ARVA Evo5 Review
Cons: Takes practice in the bracketing stage of the search, beacon stays on if you don't hit the flag button when you turn it off
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|Price||$319.95 at Amazon||$499.95 at Amazon||$446.49 at Amazon|
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|Pros||Easy to use interface, low profile design, excellent multiple burial design and features||Super fast processor, differentiates between beacons fantastically during multiple burials, best range in this review, best model for multiple and pro-level examinations||Easy to use, many features, Bluetooth and smartphone based app, good range, fast processor, best battery life in our review, excellent multiple burial and flagging features||Very fast processor, crushes in the fine search, easy to use, light and compact (great for beacon-in-pocket users), low stress sounds||Very fast processor, excellent range, easy-to-use, comfortable to carry, top-notch multiple burial capabilities with excellent signal lock and marking/flagging functions|
|Cons||Takes practice in the bracketing stage of the search, beacon stays on if you don't hit the flag button when you turn it off||Expensive, more complicated than other models, okay but not the best for newer or less practiced users||Battery life is only displayed in thirds and not a percentage, some force required to toggle switches, can be chunky feeling if carrying in a pant's pocket||Display screen is just okay, multiple burial function un-suppresses the last marked beacon in only 1 min, leading to confusion and wasting time, can only mark one signal||Not as user friendly in the bracketing stage as other models, sometimes tells user to keep the orientation earlier than we would like during the fine search|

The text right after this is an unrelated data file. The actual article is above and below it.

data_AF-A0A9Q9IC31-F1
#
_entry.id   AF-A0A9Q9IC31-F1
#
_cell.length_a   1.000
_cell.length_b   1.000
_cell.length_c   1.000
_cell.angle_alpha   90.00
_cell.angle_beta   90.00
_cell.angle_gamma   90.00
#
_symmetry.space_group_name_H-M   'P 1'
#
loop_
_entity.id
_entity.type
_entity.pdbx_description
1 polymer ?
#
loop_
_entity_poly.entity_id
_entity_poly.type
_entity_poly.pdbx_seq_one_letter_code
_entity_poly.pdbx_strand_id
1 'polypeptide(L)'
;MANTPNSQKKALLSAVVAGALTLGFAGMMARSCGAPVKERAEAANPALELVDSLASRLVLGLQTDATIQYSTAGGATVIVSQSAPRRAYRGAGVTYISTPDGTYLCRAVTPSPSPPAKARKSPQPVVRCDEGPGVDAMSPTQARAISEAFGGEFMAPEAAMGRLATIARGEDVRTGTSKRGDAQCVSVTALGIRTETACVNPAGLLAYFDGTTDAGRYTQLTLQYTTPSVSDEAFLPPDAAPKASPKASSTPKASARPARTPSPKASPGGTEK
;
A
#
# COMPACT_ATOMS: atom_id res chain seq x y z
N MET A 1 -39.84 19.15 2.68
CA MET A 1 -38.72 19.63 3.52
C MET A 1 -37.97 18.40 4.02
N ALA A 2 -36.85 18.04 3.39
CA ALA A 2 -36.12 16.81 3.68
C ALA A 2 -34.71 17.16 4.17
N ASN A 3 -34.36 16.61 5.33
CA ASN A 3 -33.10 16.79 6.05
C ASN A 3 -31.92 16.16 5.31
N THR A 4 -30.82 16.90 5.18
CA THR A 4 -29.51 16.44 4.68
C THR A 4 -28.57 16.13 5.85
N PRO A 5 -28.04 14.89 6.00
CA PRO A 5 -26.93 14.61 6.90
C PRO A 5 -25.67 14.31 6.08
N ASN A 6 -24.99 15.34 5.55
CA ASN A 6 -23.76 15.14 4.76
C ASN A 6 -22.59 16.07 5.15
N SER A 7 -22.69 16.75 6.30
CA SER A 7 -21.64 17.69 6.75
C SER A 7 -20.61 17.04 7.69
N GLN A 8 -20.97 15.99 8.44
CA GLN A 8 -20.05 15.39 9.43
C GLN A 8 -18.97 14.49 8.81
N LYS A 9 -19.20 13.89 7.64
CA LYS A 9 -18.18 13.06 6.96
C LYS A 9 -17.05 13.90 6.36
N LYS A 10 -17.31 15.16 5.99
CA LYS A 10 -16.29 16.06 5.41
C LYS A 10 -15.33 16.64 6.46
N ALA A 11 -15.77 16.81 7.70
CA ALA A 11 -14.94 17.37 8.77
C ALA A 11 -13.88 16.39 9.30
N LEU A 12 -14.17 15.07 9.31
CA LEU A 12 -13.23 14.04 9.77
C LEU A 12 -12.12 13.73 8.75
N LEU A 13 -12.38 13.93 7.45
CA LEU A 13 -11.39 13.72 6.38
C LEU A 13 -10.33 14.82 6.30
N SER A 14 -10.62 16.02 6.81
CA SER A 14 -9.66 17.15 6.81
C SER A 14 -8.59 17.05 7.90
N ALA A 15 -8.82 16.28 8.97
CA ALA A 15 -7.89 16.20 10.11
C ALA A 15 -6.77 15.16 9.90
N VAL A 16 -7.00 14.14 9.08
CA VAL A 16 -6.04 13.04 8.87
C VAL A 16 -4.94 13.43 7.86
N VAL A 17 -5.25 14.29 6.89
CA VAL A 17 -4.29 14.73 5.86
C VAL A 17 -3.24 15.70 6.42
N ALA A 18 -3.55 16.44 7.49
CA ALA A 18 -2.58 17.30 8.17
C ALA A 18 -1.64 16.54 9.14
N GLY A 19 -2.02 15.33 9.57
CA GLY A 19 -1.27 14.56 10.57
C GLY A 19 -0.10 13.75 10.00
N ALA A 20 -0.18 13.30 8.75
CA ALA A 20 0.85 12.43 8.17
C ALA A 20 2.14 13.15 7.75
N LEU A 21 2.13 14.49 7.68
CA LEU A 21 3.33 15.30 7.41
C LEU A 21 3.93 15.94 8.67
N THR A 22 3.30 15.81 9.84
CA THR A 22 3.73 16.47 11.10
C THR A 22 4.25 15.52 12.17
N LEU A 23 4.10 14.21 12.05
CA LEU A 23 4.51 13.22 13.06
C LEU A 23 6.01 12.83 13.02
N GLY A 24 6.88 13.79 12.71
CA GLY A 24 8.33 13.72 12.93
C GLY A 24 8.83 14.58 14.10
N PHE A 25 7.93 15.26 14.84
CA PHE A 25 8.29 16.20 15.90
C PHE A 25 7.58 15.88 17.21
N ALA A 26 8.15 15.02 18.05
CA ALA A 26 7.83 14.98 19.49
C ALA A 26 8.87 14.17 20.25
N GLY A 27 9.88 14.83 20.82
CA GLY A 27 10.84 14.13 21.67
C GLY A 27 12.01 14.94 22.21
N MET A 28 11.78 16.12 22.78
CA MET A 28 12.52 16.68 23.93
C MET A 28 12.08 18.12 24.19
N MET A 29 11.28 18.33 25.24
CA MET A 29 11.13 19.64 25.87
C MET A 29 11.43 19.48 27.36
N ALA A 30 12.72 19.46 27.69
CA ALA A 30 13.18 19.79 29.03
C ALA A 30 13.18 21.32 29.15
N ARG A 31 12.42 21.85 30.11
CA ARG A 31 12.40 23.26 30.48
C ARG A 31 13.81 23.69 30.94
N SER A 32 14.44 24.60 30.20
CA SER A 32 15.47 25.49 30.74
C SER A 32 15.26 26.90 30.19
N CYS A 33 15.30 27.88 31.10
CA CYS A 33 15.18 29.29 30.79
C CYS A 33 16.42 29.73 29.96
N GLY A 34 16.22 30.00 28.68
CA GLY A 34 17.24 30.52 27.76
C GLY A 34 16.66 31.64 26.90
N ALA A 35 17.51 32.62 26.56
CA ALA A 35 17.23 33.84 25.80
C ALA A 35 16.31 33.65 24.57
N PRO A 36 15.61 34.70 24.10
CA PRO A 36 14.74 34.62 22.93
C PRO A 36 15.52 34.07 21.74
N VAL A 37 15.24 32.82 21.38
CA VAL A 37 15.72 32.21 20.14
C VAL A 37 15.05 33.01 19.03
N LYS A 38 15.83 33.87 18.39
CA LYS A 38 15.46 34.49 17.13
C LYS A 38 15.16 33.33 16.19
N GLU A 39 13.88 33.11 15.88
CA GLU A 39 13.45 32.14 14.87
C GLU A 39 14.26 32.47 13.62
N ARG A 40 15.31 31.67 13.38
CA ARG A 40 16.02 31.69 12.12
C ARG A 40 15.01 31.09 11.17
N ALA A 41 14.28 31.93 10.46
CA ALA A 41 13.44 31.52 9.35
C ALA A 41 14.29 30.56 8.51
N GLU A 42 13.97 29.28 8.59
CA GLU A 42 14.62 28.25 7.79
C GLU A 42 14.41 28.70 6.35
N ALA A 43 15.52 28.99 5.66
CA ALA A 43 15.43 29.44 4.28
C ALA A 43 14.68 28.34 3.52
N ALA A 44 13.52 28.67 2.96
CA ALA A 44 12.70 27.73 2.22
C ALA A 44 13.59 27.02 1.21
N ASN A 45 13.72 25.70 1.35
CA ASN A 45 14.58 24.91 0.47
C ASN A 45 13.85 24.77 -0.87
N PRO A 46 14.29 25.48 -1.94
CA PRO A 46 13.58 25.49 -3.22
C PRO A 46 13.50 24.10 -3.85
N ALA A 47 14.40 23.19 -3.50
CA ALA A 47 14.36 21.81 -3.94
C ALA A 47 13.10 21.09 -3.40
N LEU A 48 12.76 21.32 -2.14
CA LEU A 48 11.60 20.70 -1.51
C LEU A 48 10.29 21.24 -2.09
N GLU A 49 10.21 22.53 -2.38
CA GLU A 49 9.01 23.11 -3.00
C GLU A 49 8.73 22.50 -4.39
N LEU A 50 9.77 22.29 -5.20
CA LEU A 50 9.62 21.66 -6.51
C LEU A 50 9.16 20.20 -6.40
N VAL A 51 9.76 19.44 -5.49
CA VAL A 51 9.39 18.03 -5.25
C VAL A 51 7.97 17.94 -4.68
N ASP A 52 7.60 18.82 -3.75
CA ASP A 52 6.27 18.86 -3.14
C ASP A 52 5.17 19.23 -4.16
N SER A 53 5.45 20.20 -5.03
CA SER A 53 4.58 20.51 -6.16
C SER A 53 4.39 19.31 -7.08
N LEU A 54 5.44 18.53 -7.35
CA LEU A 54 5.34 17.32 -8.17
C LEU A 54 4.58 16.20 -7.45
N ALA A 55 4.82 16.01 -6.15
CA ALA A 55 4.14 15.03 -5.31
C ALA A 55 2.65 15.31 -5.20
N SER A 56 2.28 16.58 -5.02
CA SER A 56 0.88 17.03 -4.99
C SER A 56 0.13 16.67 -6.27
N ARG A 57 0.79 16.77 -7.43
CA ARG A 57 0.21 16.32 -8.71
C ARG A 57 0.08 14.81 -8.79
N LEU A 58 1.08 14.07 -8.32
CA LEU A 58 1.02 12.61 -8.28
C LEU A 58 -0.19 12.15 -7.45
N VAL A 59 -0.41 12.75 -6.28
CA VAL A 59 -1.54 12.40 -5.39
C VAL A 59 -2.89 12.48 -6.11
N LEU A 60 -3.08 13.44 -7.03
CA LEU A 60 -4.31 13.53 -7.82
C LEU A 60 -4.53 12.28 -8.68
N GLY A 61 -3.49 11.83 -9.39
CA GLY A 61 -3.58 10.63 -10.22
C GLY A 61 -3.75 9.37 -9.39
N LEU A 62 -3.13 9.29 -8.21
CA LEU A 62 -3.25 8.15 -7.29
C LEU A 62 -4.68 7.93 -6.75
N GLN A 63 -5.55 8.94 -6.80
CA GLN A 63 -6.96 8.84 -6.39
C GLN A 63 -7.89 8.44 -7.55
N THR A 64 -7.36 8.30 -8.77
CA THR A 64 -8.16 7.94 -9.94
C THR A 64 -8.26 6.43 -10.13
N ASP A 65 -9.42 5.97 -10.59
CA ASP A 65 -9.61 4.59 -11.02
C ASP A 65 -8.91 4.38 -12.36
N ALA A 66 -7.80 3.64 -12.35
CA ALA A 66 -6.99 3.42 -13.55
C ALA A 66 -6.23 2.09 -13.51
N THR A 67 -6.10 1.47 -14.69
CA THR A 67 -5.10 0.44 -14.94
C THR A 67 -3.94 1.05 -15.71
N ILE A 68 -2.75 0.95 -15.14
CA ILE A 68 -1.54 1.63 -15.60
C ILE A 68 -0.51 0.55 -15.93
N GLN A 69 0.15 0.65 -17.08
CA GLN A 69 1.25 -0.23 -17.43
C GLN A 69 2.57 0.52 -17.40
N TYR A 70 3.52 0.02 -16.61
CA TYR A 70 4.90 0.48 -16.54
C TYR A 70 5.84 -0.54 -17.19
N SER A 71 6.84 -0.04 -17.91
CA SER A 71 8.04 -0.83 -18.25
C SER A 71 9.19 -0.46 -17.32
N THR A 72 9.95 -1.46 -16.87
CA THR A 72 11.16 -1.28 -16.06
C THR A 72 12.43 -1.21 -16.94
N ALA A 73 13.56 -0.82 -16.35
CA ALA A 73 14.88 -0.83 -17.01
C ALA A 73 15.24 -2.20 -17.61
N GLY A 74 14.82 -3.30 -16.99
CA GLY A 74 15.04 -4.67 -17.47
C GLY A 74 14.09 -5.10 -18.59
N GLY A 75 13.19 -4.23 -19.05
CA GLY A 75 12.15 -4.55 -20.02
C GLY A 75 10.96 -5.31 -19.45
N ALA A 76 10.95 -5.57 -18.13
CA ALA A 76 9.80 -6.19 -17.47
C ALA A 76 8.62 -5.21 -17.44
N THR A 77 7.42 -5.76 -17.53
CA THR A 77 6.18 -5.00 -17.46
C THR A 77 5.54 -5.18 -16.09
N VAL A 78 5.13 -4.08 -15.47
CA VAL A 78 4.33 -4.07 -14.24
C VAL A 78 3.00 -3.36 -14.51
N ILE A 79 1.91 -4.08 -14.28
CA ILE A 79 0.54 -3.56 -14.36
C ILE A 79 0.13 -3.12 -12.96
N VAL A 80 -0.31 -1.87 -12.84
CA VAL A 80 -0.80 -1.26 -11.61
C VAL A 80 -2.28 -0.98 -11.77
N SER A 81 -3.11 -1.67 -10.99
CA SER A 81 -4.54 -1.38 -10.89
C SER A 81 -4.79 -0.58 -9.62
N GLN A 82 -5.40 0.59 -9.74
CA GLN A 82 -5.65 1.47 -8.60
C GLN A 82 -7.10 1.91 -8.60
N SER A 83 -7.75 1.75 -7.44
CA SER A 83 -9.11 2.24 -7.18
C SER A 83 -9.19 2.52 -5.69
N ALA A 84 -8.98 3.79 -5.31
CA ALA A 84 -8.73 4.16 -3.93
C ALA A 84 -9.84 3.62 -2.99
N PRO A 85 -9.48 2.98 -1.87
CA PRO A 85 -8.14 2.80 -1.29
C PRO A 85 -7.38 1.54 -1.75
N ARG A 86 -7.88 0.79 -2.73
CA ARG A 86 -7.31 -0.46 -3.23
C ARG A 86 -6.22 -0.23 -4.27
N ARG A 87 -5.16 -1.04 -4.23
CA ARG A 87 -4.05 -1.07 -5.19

|Bottom Line||An easy-to-use interface and host of awesome features make it well suited for a wide range of users||Perfect for pros or advanced users, this model is one of the best performing products in every category||A high-end beacon that is packed full of features, with an interface that is easy to use for the less experienced||A fantastic all-around model that combines ease of use in a smaller than average package||Has better range and superior multiple burial capabilities while still being fairly quick in the fine search|
|Rating Categories||ARVA Evo5||Mammut Barryvox S||Black Diamond Guide BT||Backcountry Access Tracker3||Mammut Barryvox|
|Single Victim Search (20%)|
|Fine Search (15%)|
|Multiple Burials (15%)|
|Specs||ARVA Evo5||Mammut Barryvox S||Black Diamond...||Backcountry Access...||Mammut Barryvox|
|Weight||150g / 5.2 oz||210g / 7.4 oz||210 g / 7.4 oz||215g/ 7.6 oz||210g / 7.4 oz|
|Number of Antennae||3||3||3||3||3|
|Manufacturer's Range||40 meters||70 - 95 meters||60 meters||50 meters||70 meters|
|Battery Life (send)||200 hours||300 hours||400 hours||250 hours||300 hours|
Our Analysis and Test Results
One of the better-priced triple antenna beacons on the market, the Evo5 is an easy-to-use beacon that is one of the lowest profile models on the market. We appreciated how easy the Evo5's interface was; one of its drawbacks was it took a little more practice to dial in the fine search and bracketing portion of the search (search and bracketing under four meters).
Arva reports a 50meter range/search strip width. However, during our repeated testing, we did not pick up a signal that far away. Instead, our findings with the signal acquisition were more like 45-48 meters away — never once did we hit 50 meters. While there are models with longer ranges, we didn't find the maximum played nearly any role in speeding up overall rescue times; this is because most people are taught to use a 40 meter search strip in their avalanche courses. While some beacons have slightly wider search strip widths, most people simply play it safe (which is a good thing) and stick with 40 meters.
Ease of Finding a Single Victim and Speed